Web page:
Take the 2-minute tour ×
Stack Overflow is a question and answer site for professional and enthusiast programmers. It's 100% free, no registration required.

I have a vertical guideline across my svg that follows the mouse pointer, but right now it's kind of slow to update its position, something that's especially noticeable with rapid mouse movements. Is there a way to reduce this lag?

Current code:

svg.on("mousemove", function(d) {
    svg.select(".guideline")
        .attr("x1", d3.mouse(this)[0]-1)
        .attr("x2", d3.mouse(this)[0]-1);

});

svg.on("mouseover", function(d) {
    svg.append("line")
        .attr("class", "guideline")
        .attr("y1", margin[0])
        .attr("y2", height+margin[0])
        .attr("opacity", originOpacity)
        .attr("stroke", "#333")
        .attr("pointer-events", "none");

});

svg.on("mouseout", function(d) {
    svg.select(".guideline").remove();
});
share|improve this question

4 Answers 4

You are selecting the line on every mousemove, keep the line in a variable instead:

var line = svg.append("line")
        .attr("class", "guideline")
        .attr("y1", margin[0])
        .attr("y2", height+margin[0])
        .attr("opacity", 0)
        .attr("stroke", "#333")
        .attr("pointer-events", "none");

svg.on("mousemove", function(d) {

    line
        .attr("x1", d3.event.pageX-1)
        .attr("x2", d3.event.pageY-1);

});

svg.on("mouseover", function(d) {
  line.attr("opacity", originOpacity);
});

svg.on("mouseout", function(d) {
    line.attr("opacity", 0);
});
share|improve this answer
    
This helped to reduce some of the lagging, thank you for that, but I was hoping there was a way to reduce it even more since there still is a very obvious delay when moving the mouse pointer. –  Jimmy C Oct 12 '12 at 12:52
    
d3.event.pageX and .pageY might be faster, I've updated the answer. Beyond that I'm afraid You've already optimized all you could, there's always going to be a slight lag behind the mouse. –  Duopixel Oct 12 '12 at 21:53
    
I dont' think it's the select that is causing the problem with performance, I think it's the rapid modifications to the DOM that the browser can't keep up with. –  Wex Dec 18 '12 at 19:03

I am having the same problem, but I noticed two things:

  1. If you look at High Charts, they have implemented (in their JS library) a similar vertical guideline, which doesn't lag behind so much. So it is possible to do it. See for example: here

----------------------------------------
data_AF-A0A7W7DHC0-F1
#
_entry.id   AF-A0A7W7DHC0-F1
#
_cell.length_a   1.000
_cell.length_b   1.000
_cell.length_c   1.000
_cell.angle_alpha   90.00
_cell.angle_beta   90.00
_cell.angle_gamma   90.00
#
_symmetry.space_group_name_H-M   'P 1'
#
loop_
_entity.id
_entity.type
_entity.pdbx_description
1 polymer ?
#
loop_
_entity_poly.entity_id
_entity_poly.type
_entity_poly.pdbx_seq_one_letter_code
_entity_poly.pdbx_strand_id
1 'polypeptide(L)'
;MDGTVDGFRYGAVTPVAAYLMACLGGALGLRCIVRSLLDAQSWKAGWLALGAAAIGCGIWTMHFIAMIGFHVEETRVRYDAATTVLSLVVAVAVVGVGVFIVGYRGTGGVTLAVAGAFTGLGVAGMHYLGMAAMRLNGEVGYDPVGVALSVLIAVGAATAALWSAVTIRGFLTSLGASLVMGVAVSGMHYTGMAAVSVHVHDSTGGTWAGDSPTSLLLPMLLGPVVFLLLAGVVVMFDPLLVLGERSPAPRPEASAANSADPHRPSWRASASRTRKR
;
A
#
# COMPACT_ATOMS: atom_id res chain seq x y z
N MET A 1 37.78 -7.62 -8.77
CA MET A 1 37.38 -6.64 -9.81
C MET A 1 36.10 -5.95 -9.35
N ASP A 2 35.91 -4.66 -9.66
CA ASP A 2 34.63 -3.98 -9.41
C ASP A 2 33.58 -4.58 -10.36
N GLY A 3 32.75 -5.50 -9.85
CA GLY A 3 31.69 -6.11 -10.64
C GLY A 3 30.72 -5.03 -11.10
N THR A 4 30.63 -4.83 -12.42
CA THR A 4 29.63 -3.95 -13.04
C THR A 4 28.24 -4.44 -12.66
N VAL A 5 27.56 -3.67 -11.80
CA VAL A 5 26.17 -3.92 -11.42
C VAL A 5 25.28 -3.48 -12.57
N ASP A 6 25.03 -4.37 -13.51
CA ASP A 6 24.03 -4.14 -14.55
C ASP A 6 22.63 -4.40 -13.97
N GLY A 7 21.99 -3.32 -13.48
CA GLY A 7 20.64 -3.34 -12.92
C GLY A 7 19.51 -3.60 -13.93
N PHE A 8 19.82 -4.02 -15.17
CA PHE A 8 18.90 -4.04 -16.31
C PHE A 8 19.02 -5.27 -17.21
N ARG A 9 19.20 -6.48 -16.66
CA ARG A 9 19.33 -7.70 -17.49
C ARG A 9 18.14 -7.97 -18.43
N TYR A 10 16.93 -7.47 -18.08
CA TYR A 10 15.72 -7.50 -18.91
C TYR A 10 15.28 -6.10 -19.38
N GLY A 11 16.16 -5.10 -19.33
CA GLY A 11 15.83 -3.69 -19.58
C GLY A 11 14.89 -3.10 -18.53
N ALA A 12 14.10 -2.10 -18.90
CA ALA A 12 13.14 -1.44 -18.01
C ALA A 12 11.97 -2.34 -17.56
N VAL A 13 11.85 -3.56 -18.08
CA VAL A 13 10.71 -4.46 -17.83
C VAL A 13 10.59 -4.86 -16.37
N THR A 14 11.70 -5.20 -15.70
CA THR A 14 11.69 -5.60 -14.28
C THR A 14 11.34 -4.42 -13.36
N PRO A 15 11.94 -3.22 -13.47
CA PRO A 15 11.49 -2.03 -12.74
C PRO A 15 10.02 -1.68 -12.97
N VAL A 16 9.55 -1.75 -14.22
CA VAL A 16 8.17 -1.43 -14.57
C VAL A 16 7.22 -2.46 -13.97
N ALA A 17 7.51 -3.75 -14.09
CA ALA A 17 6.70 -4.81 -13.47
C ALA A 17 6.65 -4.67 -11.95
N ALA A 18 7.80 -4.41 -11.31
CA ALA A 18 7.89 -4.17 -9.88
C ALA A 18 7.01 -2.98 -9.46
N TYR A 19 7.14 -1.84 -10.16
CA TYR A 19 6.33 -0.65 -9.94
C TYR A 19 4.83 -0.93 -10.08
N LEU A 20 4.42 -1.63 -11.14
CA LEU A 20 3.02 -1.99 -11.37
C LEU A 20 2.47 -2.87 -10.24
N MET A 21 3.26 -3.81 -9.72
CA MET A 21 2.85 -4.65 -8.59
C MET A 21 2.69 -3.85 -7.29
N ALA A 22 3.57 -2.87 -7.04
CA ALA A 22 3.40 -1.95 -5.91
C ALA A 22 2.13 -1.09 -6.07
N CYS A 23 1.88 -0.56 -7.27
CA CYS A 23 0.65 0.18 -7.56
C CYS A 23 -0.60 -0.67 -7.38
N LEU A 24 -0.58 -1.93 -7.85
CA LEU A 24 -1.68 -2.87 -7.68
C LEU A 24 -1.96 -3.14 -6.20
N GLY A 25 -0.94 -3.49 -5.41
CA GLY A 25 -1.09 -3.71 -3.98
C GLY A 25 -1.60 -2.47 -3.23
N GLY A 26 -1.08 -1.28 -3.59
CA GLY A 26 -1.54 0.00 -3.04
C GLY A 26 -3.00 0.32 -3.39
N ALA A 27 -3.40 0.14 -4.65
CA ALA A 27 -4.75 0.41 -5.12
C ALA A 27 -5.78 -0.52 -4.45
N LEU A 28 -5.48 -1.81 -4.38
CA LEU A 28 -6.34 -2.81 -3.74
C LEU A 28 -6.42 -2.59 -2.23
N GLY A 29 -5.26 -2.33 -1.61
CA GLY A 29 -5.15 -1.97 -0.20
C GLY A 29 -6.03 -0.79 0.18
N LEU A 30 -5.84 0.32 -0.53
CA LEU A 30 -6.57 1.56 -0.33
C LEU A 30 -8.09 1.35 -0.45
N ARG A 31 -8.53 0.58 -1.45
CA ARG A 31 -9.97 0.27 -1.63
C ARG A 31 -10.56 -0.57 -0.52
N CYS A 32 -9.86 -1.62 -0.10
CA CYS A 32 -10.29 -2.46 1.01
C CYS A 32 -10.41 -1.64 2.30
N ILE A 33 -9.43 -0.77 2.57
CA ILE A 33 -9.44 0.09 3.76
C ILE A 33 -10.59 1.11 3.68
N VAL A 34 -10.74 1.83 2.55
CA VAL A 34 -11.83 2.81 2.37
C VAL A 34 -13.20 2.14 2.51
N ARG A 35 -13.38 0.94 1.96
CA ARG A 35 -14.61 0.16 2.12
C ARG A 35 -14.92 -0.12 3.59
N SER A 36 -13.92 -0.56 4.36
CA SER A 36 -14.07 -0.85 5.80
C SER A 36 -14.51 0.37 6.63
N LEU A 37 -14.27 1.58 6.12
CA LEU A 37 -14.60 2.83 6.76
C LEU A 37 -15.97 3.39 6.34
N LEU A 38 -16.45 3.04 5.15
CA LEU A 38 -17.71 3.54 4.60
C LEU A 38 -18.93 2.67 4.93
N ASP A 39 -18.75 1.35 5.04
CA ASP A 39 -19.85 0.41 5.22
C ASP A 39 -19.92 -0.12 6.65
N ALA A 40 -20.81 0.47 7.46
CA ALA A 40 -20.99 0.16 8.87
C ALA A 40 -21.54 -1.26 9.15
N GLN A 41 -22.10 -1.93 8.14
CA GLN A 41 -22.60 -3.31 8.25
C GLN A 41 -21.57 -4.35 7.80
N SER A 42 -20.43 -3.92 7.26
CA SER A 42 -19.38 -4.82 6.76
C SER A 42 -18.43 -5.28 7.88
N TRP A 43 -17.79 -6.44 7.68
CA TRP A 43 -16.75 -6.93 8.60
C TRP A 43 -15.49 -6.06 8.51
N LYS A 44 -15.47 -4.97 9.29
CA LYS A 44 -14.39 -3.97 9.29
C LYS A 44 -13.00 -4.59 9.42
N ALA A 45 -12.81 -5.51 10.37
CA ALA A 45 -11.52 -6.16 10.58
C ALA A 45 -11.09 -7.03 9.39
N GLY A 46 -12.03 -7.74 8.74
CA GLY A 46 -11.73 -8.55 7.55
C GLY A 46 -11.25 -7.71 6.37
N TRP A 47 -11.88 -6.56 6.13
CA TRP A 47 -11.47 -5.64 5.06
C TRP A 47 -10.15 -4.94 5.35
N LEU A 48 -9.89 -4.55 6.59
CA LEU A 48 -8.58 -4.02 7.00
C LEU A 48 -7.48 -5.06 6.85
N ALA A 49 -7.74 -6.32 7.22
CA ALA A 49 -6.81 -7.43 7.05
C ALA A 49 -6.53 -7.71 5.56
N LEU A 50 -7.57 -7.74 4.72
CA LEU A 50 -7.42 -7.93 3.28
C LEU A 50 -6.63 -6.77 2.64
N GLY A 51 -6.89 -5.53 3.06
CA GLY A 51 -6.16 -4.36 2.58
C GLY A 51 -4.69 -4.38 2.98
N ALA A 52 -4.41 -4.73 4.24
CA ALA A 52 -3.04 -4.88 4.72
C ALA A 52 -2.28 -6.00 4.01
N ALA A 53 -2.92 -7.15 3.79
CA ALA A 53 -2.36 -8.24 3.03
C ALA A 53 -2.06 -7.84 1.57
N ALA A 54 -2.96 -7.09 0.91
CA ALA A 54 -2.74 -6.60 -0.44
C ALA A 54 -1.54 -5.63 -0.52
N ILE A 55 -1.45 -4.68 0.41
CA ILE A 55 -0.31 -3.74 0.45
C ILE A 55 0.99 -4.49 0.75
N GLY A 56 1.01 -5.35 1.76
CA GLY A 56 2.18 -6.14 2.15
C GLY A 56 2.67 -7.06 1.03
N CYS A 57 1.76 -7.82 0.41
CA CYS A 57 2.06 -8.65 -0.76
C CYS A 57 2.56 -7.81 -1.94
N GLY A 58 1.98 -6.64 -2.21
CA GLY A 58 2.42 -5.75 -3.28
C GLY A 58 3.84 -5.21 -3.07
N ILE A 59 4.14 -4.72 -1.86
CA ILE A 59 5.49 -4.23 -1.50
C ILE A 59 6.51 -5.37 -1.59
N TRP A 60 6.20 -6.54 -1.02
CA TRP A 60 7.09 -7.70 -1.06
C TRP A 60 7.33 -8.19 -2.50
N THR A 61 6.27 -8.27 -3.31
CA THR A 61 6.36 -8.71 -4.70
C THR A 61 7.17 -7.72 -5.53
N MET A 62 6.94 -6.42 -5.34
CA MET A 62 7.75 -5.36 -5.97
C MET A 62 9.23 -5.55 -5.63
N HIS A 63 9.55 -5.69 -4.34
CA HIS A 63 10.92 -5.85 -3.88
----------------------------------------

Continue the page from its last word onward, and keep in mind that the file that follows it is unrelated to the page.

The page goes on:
2. I use a container element, to which I added an SVG element, to which I added a group (g) element with a coordinate translation/transformation, like so:

HTML:

<div id="d3-container"></div>

JS:

var svg = d3.select("#d3-container")
    .append("svg")
    .attr("width", width + margin.left + margin.right)
    .attr("height", height + margin.top + margin.bottom)
    .attr("id","d3-svg")
    .append("g")
    .attr("transform", "translate(" + margin.left + "," + margin.top + ")")
    .attr("id","d3-canvas");

The interesting thing is, when I bind mouse events (using the code above in the first answer) to the various elements, I get very different performance: when I bind it to the "d3-canvas" group my guided line is very slow and lags behind, when I bind it to its parent svg element ("d3-svg") it is already faster, and if I bind it to the div ("d3-container") I get the fastest performance (although it is still not as quick as High Stock though). So I am thinking the coordinate transformation adds a lot of overhead to mouse events, but somehow either D3 or SVG is also not optimized for mouse events.

share|improve this answer

Rather than updating the attributes on every mousemove, you could add a couple millisecond delay:

var lastMove, elapsed;
svg.on("mousemove", function(d) {

    elapsed = Date.now() - lastMove;
    if ( elapsed < 40 ) return;

    svg.select(".guideline")
        .attr("x1", d3.mouse(this)[0]-1)
        .attr("x2", d3.mouse(this)[0]-1);

    lastMove = Date.now();
});

This will certainly improve performance, but at the cost of making the movements more choppy. Play around with the number of milliseconds you check for. 40 may be too long.

share|improve this answer
1  
Yes, this works. I think it is the right way to do it. –  jm1234567890 Aug 19 at 18:13

There is a CSS property called shape-rendering which sets the priority for how your SVGs should be rendered. You can specify auto, optimizeSpeed, crispEdges, or geometricPrecision, where auto tries to accommodate speed and crispness without sacrificing precision.

I have found that settings shape-rendering to auto increased the performance of my crosshair. crispEdges and optimizeSpeed seem to make the cursor disppear intermittently. I was not able to reproduce a smooth crosshair in a fiddle, but in my solution it's actually perfectly smooth now.

share|improve this answer

Your Answer

 
discard

By posting your answer, you agree to the privacy policy and terms of service.

Not the answer you're looking for? Browse other questions tagged or ask your own question.